Back at the end of April, Will Collier noted that Kevin Scarbinsky's column on the Limo Gambit had included a rather curious reference to lawyers leasing out vehicles to recruits. Will didn't mention a second, equally curious turn-of-phrase, however, at the end of the column:
As recruiting tactics go, better stretching out in a limo than stretching the truth. And better the coaches show up in a sweet ride than the recruits.For any Auburn or Alabama fan with an Internet connection, both of these references are so obvious that's it's not even accurate to call them "veiled"--K-Scar is slyly playing off of the Gadsden rumors that I'm sure 99.9 percent of this blog's readership are already plenty familiar with.
Will cites these little dropped hints as an indication Scarbinsky "knows the score," and that might be accurate, but what's interesting to me is not what they say about K-Scar--it's what they say about the rumors. For the state's leading sports columnist to acknowledge their existence, however subtly, means we're reaching something approaching critical mass. We moved another notch closer at the tail end of last week, when (as TrackEm noted) a Gadsden car dealership was raided by the feds, shut down, and had financial documents confiscated.
Now, let me as clear as I can about this: I am NOT NOT NOT NOT NOT claiming that the rumors are legitimate. Not claiming the raid was connected to any kind of NCAA investigation. Not claiming any of this is anything more than message board ravings and tinfoil hat conspiracy-mongering. Rumors of this sort so, so rarely become anything more than "Hey, remember when people were saying such-and-such?" footnotes and cautionary tales that putting stock in any of them before the NCAA is actually in the process of announcing something is a fool's errand. That the Gadsden thing really started gathering steam after Textbookgate broke--when the anti-Tide conspiracy traders are going to have the most receptive audience--is another reason to stay on the skeptical side until proven otherwise.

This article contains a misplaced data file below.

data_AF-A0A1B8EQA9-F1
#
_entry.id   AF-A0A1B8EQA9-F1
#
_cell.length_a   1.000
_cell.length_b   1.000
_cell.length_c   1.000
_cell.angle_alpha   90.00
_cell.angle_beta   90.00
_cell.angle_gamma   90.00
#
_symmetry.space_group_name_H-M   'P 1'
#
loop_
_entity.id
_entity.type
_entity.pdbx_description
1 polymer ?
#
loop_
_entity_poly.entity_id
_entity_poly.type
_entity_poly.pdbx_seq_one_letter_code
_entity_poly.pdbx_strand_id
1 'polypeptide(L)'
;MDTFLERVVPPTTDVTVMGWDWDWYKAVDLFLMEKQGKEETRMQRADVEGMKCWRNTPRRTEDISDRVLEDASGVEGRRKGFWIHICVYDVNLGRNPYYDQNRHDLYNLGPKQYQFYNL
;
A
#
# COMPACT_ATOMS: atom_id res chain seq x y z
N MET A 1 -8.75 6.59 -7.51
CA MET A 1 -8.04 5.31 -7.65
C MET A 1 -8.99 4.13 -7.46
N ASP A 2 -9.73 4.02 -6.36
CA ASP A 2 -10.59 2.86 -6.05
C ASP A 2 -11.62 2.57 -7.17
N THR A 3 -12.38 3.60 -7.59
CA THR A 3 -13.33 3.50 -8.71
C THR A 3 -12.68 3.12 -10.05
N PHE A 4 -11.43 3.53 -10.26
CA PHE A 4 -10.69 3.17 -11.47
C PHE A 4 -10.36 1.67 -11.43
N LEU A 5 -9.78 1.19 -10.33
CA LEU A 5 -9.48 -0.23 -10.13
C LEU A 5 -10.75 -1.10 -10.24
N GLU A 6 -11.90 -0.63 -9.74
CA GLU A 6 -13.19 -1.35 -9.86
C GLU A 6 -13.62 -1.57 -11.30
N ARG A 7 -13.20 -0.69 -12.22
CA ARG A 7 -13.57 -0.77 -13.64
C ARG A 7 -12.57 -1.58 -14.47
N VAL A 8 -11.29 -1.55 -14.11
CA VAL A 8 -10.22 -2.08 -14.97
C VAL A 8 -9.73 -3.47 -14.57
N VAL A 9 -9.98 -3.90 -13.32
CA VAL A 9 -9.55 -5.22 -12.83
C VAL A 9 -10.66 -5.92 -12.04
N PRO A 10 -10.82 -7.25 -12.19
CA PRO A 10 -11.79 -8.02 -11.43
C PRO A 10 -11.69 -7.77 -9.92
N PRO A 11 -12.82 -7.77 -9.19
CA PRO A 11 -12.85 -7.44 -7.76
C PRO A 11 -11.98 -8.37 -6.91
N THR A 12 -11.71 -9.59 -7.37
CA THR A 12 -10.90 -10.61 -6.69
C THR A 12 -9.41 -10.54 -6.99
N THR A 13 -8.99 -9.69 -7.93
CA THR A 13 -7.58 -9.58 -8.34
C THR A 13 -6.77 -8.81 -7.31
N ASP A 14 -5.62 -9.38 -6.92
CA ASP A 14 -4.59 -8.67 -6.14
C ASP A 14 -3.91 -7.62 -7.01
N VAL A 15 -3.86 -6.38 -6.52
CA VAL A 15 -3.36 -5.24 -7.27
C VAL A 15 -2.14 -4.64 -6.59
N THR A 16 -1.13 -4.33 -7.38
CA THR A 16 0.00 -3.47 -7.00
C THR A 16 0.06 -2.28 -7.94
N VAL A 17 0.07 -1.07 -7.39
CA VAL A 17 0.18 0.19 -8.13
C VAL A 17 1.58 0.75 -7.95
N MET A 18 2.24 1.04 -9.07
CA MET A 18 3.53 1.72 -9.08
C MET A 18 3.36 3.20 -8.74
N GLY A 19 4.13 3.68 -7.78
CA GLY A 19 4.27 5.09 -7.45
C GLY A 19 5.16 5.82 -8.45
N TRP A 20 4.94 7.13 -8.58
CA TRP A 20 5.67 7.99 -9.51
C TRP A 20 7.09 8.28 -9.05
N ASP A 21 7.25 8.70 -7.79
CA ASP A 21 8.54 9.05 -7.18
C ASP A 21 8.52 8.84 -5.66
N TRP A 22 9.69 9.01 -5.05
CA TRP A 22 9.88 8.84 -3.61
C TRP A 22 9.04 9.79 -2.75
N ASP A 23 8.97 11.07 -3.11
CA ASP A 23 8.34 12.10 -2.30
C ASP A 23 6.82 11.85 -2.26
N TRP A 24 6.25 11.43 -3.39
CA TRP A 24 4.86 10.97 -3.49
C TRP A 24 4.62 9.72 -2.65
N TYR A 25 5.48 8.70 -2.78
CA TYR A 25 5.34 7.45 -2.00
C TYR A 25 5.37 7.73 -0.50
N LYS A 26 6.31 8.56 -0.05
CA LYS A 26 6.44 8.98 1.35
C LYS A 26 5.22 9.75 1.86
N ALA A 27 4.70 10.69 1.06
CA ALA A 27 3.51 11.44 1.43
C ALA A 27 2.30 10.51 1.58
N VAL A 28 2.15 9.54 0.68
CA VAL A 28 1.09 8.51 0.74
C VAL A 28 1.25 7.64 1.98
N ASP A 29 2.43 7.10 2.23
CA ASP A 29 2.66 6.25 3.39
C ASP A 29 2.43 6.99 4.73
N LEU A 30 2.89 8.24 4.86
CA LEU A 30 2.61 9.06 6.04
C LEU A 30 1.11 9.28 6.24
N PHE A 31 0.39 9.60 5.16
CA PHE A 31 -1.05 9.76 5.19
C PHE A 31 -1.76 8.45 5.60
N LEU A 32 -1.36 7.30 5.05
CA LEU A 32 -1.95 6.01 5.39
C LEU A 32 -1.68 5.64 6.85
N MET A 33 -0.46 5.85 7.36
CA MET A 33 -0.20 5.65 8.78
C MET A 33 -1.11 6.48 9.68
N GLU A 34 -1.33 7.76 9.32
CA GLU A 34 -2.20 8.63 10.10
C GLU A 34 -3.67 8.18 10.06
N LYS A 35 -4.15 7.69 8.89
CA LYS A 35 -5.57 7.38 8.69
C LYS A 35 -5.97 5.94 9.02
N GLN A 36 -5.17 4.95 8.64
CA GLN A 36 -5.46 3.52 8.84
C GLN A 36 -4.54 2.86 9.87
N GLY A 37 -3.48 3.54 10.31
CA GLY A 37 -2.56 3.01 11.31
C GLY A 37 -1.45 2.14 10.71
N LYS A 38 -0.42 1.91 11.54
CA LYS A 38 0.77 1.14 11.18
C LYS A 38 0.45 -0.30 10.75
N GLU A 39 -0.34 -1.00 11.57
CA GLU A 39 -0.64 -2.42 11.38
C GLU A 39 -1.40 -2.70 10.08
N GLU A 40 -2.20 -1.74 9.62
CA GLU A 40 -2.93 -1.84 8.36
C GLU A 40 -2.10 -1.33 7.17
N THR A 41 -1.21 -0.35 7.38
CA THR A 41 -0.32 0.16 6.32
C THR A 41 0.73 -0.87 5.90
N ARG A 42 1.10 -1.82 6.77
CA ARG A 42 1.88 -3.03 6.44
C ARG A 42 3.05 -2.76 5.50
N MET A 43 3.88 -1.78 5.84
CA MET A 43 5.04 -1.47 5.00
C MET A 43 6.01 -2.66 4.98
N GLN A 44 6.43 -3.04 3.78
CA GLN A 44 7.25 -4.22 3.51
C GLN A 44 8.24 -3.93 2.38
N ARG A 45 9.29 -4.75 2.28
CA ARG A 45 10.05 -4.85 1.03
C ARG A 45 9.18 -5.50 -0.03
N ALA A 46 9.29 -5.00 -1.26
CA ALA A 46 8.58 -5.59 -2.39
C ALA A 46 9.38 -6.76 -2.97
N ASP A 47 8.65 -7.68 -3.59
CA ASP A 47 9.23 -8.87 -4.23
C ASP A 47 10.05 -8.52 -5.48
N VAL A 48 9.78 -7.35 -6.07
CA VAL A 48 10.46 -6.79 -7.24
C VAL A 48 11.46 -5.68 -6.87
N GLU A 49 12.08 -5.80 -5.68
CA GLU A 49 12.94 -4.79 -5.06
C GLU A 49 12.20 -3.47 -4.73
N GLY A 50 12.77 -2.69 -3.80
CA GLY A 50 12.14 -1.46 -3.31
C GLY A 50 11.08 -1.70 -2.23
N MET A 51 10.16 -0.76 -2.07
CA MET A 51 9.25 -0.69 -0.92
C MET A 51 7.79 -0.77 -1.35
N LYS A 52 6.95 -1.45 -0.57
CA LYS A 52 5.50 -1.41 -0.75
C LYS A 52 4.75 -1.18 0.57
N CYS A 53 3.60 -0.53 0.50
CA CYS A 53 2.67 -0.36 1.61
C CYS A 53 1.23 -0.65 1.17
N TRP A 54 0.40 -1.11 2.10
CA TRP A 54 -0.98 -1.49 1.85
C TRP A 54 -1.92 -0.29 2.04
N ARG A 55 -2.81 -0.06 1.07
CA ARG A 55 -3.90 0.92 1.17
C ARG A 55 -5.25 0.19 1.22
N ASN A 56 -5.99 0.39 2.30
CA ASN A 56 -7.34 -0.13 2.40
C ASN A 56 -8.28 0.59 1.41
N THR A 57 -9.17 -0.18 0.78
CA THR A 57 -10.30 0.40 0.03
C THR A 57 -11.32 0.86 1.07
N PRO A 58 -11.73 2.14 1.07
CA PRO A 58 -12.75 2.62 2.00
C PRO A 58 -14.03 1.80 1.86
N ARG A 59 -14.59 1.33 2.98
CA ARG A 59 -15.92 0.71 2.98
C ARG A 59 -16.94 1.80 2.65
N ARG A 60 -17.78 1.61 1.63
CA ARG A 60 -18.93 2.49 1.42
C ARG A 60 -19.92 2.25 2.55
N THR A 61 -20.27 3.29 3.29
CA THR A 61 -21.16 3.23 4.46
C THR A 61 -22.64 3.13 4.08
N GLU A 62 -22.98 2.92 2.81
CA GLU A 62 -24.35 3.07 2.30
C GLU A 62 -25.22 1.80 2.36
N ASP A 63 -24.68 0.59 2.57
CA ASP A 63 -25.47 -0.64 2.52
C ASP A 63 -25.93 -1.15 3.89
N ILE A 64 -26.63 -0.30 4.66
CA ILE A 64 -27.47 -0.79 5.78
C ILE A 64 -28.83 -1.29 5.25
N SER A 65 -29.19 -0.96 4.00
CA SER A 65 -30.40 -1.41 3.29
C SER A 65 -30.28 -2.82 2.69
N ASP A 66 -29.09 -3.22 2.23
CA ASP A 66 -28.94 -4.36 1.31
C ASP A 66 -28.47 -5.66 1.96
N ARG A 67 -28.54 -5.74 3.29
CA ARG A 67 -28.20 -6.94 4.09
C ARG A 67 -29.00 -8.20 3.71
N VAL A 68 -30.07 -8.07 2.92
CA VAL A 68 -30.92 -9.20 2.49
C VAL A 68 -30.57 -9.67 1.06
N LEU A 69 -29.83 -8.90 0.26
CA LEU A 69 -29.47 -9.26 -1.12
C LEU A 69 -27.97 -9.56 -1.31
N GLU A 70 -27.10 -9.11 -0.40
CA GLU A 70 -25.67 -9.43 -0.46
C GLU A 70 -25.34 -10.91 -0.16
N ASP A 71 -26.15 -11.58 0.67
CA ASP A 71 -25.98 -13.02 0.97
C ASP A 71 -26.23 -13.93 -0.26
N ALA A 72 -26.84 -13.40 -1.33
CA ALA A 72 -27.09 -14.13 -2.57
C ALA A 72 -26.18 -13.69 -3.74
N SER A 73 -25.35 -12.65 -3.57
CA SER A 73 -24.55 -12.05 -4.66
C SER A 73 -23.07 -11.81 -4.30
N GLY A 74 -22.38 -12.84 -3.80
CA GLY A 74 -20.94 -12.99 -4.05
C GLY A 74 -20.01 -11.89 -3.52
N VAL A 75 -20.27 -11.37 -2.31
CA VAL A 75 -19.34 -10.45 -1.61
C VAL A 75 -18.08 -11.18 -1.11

However: there is a lot of smoke out there if there's no fire. It's like a gauge, with one side yellow and the other red, with a line in the middle and either side labeled "Nothing out there"/"Something out there." When there's this much smoke out there, it's only fair to say that needle has starting moving towards that "something out there" reading, right? Even if the most likely outcome today is still, probably, "nothing," we've reached the point where pretending a) it's a total non-story b) every mention of it is to be blithely dismissed as orange-and-blue desperation isn't the most rational response.
Since it's quite possible there could be something big out there and it still won't amount to anything when all is said and done, I don't blame the cynics for assuming this will all just be a lot of sound and fury over nothing. But when there's this much sound, this much fury, at the very least it's time to start listening. No one knows what's going to happen in Gadsden, but no one knows what's not going to happen, either.